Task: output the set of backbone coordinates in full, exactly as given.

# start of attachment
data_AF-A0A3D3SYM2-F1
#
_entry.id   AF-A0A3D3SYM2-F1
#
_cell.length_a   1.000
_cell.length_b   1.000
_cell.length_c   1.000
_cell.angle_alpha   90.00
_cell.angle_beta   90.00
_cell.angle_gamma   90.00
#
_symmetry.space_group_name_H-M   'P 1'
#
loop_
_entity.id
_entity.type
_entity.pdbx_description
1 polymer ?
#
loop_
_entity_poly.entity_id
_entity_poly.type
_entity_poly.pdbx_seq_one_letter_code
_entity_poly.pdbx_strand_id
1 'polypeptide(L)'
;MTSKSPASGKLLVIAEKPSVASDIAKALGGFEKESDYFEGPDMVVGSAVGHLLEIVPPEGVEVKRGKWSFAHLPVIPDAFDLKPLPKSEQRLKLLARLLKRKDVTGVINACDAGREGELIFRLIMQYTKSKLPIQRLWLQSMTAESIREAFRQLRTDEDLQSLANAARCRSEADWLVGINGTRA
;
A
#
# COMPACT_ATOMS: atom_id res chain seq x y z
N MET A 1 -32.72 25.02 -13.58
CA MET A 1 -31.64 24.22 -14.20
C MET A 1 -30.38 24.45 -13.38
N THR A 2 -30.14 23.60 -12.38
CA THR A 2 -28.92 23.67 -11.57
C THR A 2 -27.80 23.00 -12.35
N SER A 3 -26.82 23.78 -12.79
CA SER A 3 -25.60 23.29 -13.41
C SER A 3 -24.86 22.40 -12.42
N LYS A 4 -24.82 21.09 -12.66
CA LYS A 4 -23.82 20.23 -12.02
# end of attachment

data_AF-A0A3D3SYM2-F1
#
_entry.id   AF-A0A3D3SYM2-F1
#
_cell.length_a   1.000
_cell.length_b   1.000
_cell.length_c   1.000
_cell.angle_alpha   90.00
_cell.angle_beta   90.00
_cell.angle_gamma   90.00
#
_symmetry.space_group_name_H-M   'P 1'
#
loop_
_entity.id
_entity.type
_entity.pdbx_description
1 polymer ?
#
loop_
_entity_poly.entity_id
_entity_poly.type
_entity_poly.pdbx_seq_one_letter_code
_entity_poly.pdbx_strand_id
1 'polypeptide(L)'
;MTSKSPASGKLLVIAEKPSVASDIAKALGGFEKESDYFEGPDMVVGSAVGHLLEIVPPEGVEVKRGKWSFAHLPVIPDAFDLKPLPKSEQRLKLLARLLKRKDVTGVINACDAGREGELIFRLIMQYTKSKLPIQRLWLQSMTAESIREAFRQLRTDEDLQSLANAARCRSEADWLVGINGTRA
;
A
#
# COMPACT_ATOMS: atom_id res chain seq x y z
N MET A 1 -32.72 25.02 -13.58
CA MET A 1 -31.64 24.22 -14.20
C MET A 1 -30.38 24.45 -13.38
N THR A 2 -30.14 23.60 -12.38
CA THR A 2 -28.92 23.67 -11.57
C THR A 2 -27.80 23.00 -12.35
N SER A 3 -26.82 23.78 -12.79
CA SER A 3 -25.60 23.29 -13.41
C SER A 3 -24.86 22.40 -12.42
N LYS A 4 -24.82 21.09 -12.66
CA LYS A 4 -23.82 20.23 -12.02